The search strategy revealed 29 articles.19, 20, 21, 22, 23, 24, 25, 26, 27, 28, 29, 30, 31, 32, 33, 34, 35, 36, 37, 38, 39, 40, 41, 42, 43, 44, 45, 46, 47 Three articles were excluded because no sufficient data could be extracted.19, 20, 31 Another 3 articles were combined in the analysis because the same study was published 3 times.21, 22, 23 Within the 24 articles22, 24, 25, 26, 27, 28, 29, 30, 32, 33, 34, 35, 36, 37, 38, 39, 40, 41, 42, 43, 44, 45, 46, 47 that were included, 3 articles22, 28, 32 presented 2 studies each.
The 27 studies included comprise 10 retrospective case-control studies,24, 27, 30, 32, 33, 37, 41, 44, 45, 46, 4 prospective case-control studies,22, 28, 38, 42, 9 limited prospective cohort studies22, 25, 28, 29, 32, 34, 35, 40, 43 and 4 prospective cohort studies26, 36, 39, 47 (Table I). Almost all studies were published in English except for one French article.45 Only one study37 was not performed in a Western country; the other 26 studies were performed in Europe,22, 25, 27, 28, 29, 30, 32, 34, 35, 38, 39, 41, 42, 43, 45, 46, 47 in the United States24, 26, 36, 44 and in Australia.33, 40
|Author, year||Reference no.||Country||Design||Exposition||No. of cases||Source cases||Age cases||Source controls||Source cohort||Correction confounding||Time frame|
|Protheroe, 1999||25||UK||Lim pros coho3||Questionnaire5||106||Suspicion||61.6||Unknown||Suspicion||Yes||5 years|
|Chen, 1995||29||UK||Lim pros coho3||Questionnaire5||41||Suspicion||57||Unknown||Suspicion||Yes||5 years|
|Ginsberg, 1996||33||Australia||Retro case-cont1||Questionnaire||98||Population||Unknown||Population||Unknown||Yes||2, 10 years|
|Roberts, 1996||24||USA||Retro case-cont1||Questionnaire6||258||Population||64.8||Population||Unknown||Yes||5 years|
|Terra, 1986||45||France||Retro case-cont1||Questionnaire67||100||Hospital||45–65||Population||Unknown||Yes||5 years|
|Kvikstad, 1994||38||Norway||Pros case-cont2||Record linkage||4,491||Population||Unknown||Population||Unknown||Yes||Unknown|
|Priestman, 1985||44||UK||Retro case-cont1||Questionnaire7||100||Hospital||50||Population||Unknown||No||3 years|
|Geyer (a), 1993||32||Germany||Lim pros coho3||Questionnaire5||33||Suspicion||49.2||Unknown||Suspicion||Yes||8 years|
|Geyer (b), 1993||32||Germany||Retro case-cont1||Questionnaire5||33||Hospital||49.2||Hospital||Unknown||Yes||8 years|
|Forsen, 1991||30||Finland||Retro case-cont1||Questionnaire6||87||Hospital||<70||Population||Unknown||Yes||1, 6 years|
|Jacobs, 2000||36||USA||Prosp coho4||Interview||39||Population||Unknown||Unknown||Population||No||>20 years|
|Kocic, 1996||37||Croatia||Retro case-cont1||Interview||106||Hospital||Unknown||Hospital||Unknown||Yes||Unknown|
|Achat, 2000||26||USA||Prosp coho4||Questionnaire||219||Population||46–72||Unknown||Population||Yes||Unknown|
|Scherg, 1988||43||Germany||Lim pros coho3||Questionnaire||125||Screening||52.7||Unknown||Screening||Yes||Unknown|
|Cooper (a), 1989||22||UK||Pros case-cont2||Questionnaire||171||Suspicion||55||Hospital||Unknown||Yes||2 years|
|Cooper (b), 1989||22||UK||Lim pros coho3||Questionnaire||171||Suspicion||55||Unknown||Suspicion||Yes||2 years|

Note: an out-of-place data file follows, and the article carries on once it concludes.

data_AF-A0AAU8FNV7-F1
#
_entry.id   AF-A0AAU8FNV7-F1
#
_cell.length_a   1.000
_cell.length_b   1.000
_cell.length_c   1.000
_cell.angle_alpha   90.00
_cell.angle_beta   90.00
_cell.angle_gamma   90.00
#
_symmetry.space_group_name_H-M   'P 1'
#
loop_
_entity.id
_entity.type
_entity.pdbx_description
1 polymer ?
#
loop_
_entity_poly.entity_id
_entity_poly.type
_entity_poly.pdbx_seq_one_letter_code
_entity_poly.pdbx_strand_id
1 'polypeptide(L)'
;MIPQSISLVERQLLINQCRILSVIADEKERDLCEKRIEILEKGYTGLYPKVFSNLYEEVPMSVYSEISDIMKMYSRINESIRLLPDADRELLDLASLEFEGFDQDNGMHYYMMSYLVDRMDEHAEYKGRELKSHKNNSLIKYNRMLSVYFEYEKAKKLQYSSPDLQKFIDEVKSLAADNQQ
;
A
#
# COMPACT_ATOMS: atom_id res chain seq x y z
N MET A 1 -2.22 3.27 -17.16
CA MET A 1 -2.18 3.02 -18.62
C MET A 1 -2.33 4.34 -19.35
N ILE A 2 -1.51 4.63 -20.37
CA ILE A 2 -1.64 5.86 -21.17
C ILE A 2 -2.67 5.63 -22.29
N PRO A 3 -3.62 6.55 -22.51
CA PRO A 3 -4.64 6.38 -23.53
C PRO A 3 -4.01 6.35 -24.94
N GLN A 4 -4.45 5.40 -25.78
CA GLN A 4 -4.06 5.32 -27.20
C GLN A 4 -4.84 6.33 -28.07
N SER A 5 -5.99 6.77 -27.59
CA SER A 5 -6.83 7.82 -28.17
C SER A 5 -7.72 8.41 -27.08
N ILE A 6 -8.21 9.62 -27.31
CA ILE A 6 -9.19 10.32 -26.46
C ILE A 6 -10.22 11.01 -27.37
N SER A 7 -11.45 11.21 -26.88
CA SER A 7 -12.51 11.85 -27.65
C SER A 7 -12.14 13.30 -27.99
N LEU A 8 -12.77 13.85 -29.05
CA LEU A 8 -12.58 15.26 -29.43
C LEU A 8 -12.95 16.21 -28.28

|Price, 2001||40||Australia||Lim pros coho3||Questionnaire5||239||Screening||61.3||Unknown||Unknown||Yes||2 years|
|Bremond, 1986||27||France||Retro case-cont1||Questionnaire||50||Hospital||49.3||Hospital||Unknown||Yes||5 years|
|Cheang (a), 1985||28||UK||Lim pros coho3||Questionnaire||46||Suspicion||50.5||Unknown||Suspicion||No||2 years|
|Cheang (b), 1985||28||UK||Pros case-cont2||Questionnaire||46||Suspicion||50.5||Hospital||Unknown||No||2 years|
|Greer, 1975||34||UK||Lim pros coho3||Interview||69||Suspicion||53.3||Unknown||Suspicion||No||Unknown|
|Hughes, 1986||35||UK||Lim pros coho3||Questionnaire||33||Suspicion||52||Unknown||Suspicion||No||Unknown|
|Scherg, 1987||42||Germany||Pros case-cont2||Questionnaire||75||Screening||48.7||Hospital||Unknown||Yes||Lifetime|
|Lillberg, 2001||39||Finland||Prosp coho4||Questionnaire||205||Population||55.5||Unknown||Population||No||Unknown|
|Ewertz, 1986||46||Denmark||Retro case-cont1||Record linkage||175||Population||<70||Population||Unknown||Yes||1 year|
|Johansen, 1997||47||Denmark||Prosp coho4||Record linkage||198||Population||Unknown||Unknown||Population||No||1–40 years|
|Snell, 1971||44||USA||Retro case-cont1||Interview||352||Hospital||55.5||Hospital||Unknown||No||5 years|
The studies differed in populations from which patients were selected. Seven studies selected their patients from hospitals,27, 30, 32, 37, 41, 44, 45, and 8 selected their patients from general populations.24, 26, 33, 36, 38, 39, 46, 47 Patients were also selected from a suspicion cohort (n = 9)22, 25, 28, 29, 32, 34, 35 and from a screening cohort (n = 3).40, 42, 43 The same classification was used in the selection of controls, in case-control studies and in the selection of study base in cohort studies. Seven studies selected their controls from hospitals22, 27, 28, 32, 37, 42, 44 and 7 from regular populations.24, 30, 33, 38, 41, 45, 46 In 3 studies, the study base was selected from general populations,26, 36, 39, 47, in 7 studies from a suspicion cohort22, 25, 28, 29, 32, 34, 35 and in 1 study from a screening cohort.43
Twenty studies used questionnaires to assess the effect of stressful life events,22, 24, 25, 26, 27, 28, 29, 30, 32, 33, 35, 39, 40, 41, 42, 43, 45, whereas 4 studies used interviewing techniques.34, 36, 37, 44 Three studies were population-based record linkage studies.38, 46, 47
The total number of cases across all studies was 7,666, with a mean age at diagnosis of 53.8, ranging from 45–72 years (Table I).